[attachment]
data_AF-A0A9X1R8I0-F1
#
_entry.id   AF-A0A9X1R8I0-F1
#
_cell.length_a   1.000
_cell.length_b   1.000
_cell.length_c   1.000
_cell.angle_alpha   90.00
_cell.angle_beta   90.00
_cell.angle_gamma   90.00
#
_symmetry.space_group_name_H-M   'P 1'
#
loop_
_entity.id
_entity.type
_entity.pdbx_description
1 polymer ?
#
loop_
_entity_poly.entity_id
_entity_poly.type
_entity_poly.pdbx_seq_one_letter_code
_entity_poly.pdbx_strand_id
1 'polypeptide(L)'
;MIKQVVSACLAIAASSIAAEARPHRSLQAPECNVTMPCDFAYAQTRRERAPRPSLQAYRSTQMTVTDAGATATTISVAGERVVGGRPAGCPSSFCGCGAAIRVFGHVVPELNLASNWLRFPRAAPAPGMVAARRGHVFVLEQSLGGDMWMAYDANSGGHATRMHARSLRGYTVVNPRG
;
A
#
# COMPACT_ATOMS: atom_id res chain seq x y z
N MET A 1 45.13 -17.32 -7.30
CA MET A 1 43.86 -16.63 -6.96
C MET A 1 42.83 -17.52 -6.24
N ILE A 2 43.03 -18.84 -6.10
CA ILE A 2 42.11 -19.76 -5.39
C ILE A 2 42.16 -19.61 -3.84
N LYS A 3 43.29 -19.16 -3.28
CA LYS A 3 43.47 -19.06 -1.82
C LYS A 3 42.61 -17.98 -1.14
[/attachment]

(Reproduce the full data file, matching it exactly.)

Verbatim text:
data_AF-A0A9X1R8I0-F1
#
_entry.id   AF-A0A9X1R8I0-F1
#
_cell.length_a   1.000
_cell.length_b   1.000
_cell.length_c   1.000
_cell.angle_alpha   90.00
_cell.angle_beta   90.00
_cell.angle_gamma   90.00
#
_symmetry.space_group_name_H-M   'P 1'
#
loop_
_entity.id
_entity.type
_entity.pdbx_description
1 polymer ?
#
loop_
_entity_poly.entity_id
_entity_poly.type
_entity_poly.pdbx_seq_one_letter_code
_entity_poly.pdbx_strand_id
1 'polypeptide(L)'
;MIKQVVSACLAIAASSIAAEARPHRSLQAPECNVTMPCDFAYAQTRRERAPRPSLQAYRSTQMTVTDAGATATTISVAGERVVGGRPAGCPSSFCGCGAAIRVFGHVVPELNLASNWLRFPRAAPAPGMVAARRGHVFVLEQSLGGDMWMAYDANSGGHATRMHARSLRGYTVVNPRG
;
A
#
# COMPACT_ATOMS: atom_id res chain seq x y z
N MET A 1 45.13 -17.32 -7.30
CA MET A 1 43.86 -16.63 -6.96
C MET A 1 42.83 -17.52 -6.24
N ILE A 2 43.03 -18.84 -6.10
CA ILE A 2 42.11 -19.76 -5.39
C ILE A 2 42.16 -19.61 -3.84
N LYS A 3 43.29 -19.16 -3.28
CA LYS A 3 43.47 -19.06 -1.82
C LYS A 3 42.61 -17.98 -1.14